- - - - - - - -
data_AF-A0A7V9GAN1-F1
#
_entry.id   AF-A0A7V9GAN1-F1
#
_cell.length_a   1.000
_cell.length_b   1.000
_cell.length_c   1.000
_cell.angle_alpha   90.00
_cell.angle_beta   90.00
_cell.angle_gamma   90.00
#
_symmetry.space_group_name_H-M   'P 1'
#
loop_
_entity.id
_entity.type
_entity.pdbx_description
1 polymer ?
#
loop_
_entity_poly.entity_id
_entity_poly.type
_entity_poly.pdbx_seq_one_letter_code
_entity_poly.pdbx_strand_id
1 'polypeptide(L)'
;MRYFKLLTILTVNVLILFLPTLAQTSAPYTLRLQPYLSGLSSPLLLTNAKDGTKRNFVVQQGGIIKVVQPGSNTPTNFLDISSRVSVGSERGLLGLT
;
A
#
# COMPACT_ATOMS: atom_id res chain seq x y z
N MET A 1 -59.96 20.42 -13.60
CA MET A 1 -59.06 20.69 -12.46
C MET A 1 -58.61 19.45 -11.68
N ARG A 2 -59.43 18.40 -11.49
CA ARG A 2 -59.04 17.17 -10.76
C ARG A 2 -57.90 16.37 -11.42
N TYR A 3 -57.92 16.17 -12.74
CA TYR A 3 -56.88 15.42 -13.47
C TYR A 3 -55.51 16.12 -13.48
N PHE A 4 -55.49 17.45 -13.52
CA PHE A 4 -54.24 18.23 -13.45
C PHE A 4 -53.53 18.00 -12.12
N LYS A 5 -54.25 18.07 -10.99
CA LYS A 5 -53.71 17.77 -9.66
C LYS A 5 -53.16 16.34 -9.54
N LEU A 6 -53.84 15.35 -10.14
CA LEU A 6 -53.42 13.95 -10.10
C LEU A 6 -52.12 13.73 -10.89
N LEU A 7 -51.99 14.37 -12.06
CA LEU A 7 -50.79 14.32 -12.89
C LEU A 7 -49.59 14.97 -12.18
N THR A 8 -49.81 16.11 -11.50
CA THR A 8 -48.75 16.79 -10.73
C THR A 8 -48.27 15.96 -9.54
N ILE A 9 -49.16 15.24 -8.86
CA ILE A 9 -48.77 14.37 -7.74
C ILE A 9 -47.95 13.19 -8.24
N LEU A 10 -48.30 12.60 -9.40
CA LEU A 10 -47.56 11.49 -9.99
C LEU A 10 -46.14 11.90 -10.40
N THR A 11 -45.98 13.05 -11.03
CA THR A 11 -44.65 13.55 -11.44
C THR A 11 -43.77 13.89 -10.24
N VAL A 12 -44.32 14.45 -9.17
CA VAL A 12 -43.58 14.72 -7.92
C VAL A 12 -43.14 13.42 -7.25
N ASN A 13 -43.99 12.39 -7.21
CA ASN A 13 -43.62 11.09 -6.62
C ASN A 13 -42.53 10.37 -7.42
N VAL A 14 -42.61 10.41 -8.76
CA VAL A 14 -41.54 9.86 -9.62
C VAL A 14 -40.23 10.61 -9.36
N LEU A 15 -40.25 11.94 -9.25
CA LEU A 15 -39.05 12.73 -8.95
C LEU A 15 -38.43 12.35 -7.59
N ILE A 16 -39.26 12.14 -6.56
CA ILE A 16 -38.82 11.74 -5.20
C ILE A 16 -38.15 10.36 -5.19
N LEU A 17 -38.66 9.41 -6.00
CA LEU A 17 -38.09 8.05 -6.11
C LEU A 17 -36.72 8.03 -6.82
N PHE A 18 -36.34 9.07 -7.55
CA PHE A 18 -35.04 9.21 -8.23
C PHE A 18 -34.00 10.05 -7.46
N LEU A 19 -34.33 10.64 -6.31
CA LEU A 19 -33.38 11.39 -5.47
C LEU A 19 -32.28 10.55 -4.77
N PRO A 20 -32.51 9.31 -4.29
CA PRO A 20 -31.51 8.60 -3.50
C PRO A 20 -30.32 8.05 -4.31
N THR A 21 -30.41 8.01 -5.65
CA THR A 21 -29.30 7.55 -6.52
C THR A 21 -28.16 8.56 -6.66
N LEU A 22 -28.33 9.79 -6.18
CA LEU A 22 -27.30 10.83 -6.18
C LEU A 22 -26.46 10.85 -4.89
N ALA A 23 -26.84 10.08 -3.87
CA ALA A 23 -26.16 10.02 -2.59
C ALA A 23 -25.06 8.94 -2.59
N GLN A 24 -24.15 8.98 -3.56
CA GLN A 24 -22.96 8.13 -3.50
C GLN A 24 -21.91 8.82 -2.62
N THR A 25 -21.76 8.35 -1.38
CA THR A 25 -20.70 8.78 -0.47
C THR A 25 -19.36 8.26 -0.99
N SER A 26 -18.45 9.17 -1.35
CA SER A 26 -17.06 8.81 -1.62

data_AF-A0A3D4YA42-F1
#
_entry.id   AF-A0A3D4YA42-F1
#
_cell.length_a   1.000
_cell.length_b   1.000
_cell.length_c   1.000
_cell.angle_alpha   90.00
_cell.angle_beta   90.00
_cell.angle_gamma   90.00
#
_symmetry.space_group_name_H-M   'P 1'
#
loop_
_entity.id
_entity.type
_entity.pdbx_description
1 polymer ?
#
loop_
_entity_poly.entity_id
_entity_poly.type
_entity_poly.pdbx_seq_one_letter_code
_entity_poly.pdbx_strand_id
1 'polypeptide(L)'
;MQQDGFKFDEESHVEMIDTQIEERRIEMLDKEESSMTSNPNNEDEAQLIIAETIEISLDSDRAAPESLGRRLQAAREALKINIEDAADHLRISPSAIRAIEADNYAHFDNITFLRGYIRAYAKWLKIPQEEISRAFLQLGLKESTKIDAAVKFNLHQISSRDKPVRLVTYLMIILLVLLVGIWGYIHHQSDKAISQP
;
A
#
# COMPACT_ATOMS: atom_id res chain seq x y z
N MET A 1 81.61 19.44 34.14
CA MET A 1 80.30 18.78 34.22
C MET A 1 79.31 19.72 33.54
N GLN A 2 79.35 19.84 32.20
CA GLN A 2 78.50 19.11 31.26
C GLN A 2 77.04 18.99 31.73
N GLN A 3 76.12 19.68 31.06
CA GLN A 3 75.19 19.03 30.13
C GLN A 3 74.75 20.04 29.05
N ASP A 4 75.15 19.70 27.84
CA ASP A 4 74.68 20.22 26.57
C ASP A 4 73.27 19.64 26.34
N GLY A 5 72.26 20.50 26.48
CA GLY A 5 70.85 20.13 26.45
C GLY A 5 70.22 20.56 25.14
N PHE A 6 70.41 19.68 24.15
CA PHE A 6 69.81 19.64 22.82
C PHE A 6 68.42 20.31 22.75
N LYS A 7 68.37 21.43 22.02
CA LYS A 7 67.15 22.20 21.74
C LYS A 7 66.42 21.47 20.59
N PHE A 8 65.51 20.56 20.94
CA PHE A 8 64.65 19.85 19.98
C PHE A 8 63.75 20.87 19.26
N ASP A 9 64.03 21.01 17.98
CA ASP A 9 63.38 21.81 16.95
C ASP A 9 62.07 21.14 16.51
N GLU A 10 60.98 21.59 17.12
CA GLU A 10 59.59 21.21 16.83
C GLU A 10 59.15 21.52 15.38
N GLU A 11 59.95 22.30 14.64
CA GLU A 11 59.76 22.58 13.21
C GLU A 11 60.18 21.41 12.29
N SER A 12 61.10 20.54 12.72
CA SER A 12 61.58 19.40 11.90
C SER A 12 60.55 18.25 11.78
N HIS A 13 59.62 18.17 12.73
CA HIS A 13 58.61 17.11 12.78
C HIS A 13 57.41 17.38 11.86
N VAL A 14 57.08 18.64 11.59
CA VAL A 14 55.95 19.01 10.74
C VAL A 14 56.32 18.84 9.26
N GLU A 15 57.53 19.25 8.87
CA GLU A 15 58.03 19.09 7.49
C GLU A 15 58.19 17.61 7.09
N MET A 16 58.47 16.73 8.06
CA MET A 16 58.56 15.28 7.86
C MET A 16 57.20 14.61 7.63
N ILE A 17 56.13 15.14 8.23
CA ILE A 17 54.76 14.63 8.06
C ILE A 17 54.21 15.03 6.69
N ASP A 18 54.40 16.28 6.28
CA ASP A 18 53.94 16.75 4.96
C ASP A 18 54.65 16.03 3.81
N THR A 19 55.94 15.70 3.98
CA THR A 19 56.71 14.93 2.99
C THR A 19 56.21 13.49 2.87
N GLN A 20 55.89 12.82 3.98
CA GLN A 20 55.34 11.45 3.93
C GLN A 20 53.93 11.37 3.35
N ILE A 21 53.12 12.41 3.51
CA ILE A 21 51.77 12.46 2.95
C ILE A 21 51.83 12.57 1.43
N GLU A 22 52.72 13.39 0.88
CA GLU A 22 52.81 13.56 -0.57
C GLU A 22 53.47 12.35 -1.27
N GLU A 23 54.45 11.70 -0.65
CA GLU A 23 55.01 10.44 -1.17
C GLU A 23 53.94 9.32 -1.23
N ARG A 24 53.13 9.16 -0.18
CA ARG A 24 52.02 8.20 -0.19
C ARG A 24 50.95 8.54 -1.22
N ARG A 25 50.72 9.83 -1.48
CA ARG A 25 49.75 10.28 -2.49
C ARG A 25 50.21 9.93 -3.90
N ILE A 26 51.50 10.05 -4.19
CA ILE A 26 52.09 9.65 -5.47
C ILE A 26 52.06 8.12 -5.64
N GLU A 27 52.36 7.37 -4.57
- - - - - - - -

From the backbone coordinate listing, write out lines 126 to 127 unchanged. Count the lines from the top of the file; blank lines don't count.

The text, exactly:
#
loop_